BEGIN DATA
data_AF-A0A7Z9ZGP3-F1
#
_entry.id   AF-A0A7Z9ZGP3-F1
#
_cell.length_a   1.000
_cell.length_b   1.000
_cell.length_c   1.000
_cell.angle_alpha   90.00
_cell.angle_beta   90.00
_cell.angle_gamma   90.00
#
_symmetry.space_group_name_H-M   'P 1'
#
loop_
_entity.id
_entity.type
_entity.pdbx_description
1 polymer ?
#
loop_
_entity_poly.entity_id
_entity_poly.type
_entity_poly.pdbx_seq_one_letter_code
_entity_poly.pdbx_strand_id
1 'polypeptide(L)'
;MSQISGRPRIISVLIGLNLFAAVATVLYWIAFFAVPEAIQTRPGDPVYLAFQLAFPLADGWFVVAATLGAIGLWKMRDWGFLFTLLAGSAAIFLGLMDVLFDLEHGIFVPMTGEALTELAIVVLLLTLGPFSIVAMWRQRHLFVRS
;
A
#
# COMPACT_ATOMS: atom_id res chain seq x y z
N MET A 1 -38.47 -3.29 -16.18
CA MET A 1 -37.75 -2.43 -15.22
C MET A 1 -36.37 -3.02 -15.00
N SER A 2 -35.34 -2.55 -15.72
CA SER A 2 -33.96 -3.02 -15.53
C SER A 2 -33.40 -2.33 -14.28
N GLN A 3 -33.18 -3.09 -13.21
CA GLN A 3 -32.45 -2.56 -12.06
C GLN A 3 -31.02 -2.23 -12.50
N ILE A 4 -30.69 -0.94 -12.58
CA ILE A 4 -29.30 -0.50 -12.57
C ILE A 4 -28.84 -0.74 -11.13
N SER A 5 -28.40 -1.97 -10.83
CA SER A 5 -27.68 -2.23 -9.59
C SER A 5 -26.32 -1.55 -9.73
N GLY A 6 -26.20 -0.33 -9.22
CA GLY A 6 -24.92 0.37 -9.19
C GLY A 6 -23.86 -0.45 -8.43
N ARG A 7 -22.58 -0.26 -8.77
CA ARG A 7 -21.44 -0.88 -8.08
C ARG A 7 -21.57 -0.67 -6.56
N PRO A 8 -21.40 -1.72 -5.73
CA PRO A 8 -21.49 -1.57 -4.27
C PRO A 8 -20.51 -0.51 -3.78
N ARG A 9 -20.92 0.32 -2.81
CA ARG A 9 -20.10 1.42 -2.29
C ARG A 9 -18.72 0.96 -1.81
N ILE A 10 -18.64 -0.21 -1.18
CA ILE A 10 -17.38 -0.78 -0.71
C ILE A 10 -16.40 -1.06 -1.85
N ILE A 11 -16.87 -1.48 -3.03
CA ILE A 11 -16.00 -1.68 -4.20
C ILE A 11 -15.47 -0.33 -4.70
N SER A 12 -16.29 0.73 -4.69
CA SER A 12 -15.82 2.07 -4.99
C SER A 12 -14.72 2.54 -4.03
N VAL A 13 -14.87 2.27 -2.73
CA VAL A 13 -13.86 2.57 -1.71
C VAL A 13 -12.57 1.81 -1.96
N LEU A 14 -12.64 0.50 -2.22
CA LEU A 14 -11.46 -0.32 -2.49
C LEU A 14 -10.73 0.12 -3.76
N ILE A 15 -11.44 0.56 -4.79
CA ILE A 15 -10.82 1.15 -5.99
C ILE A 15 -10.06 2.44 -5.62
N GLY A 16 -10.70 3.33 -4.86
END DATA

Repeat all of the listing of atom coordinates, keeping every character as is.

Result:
data_AF-A0A7Z9ZGP3-F1
#
_entry.id   AF-A0A7Z9ZGP3-F1
#
_cell.length_a   1.000
_cell.length_b   1.000
_cell.length_c   1.000
_cell.angle_alpha   90.00
_cell.angle_beta   90.00
_cell.angle_gamma   90.00
#
_symmetry.space_group_name_H-M   'P 1'
#
loop_
_entity.id
_entity.type
_entity.pdbx_description
1 polymer ?
#
loop_
_entity_poly.entity_id
_entity_poly.type
_entity_poly.pdbx_seq_one_letter_code
_entity_poly.pdbx_strand_id
1 'polypeptide(L)'
;MSQISGRPRIISVLIGLNLFAAVATVLYWIAFFAVPEAIQTRPGDPVYLAFQLAFPLADGWFVVAATLGAIGLWKMRDWGFLFTLLAGSAAIFLGLMDVLFDLEHGIFVPMTGEALTELAIVVLLLTLGPFSIVAMWRQRHLFVRS
;
A
#
# COMPACT_ATOMS: atom_id res chain seq x y z
N MET A 1 -38.47 -3.29 -16.18
CA MET A 1 -37.75 -2.43 -15.22
C MET A 1 -36.37 -3.02 -15.00
N SER A 2 -35.34 -2.55 -15.72
CA SER A 2 -33.96 -3.02 -15.53
C SER A 2 -33.40 -2.33 -14.28
N GLN A 3 -33.18 -3.09 -13.21
CA GLN A 3 -32.45 -2.56 -12.06
C GLN A 3 -31.02 -2.23 -12.50
N ILE A 4 -30.69 -0.94 -12.58
CA ILE A 4 -29.30 -0.50 -12.57
C ILE A 4 -28.84 -0.74 -11.13
N SER A 5 -28.40 -1.97 -10.83
CA SER A 5 -27.68 -2.23 -9.59
C SER A 5 -26.32 -1.55 -9.73
N GLY A 6 -26.20 -0.33 -9.22
CA GLY A 6 -24.92 0.37 -9.19
C GLY A 6 -23.86 -0.45 -8.43
N ARG A 7 -22.58 -0.26 -8.77
CA ARG A 7 -21.44 -0.88 -8.08
C ARG A 7 -21.57 -0.67 -6.56
N PRO A 8 -21.40 -1.72 -5.73
CA PRO A 8 -21.49 -1.57 -4.27
C PRO A 8 -20.51 -0.51 -3.78
N ARG A 9 -20.92 0.32 -2.81
CA ARG A 9 -20.10 1.42 -2.29
C ARG A 9 -18.72 0.96 -1.81
N ILE A 10 -18.64 -0.21 -1.18
CA ILE A 10 -17.38 -0.78 -0.71
C ILE A 10 -16.40 -1.06 -1.85
N ILE A 11 -16.87 -1.48 -3.03
CA ILE A 11 -16.00 -1.68 -4.20
C ILE A 11 -15.47 -0.33 -4.70
N SER A 12 -16.29 0.73 -4.69
CA SER A 12 -15.82 2.07 -4.99
C SER A 12 -14.72 2.54 -4.03
N VAL A 13 -14.87 2.27 -2.73
CA VAL A 13 -13.86 2.57 -1.71
C VAL A 13 -12.57 1.81 -1.96
N LEU A 14 -12.64 0.50 -2.22
CA LEU A 14 -11.46 -0.32 -2.49
C LEU A 14 -10.73 0.12 -3.76
N ILE A 15 -11.44 0.56 -4.79
CA ILE A 15 -10.82 1.15 -5.99
C ILE A 15 -10.06 2.44 -5.62
N GLY A 16 -10.70 3.33 -4.86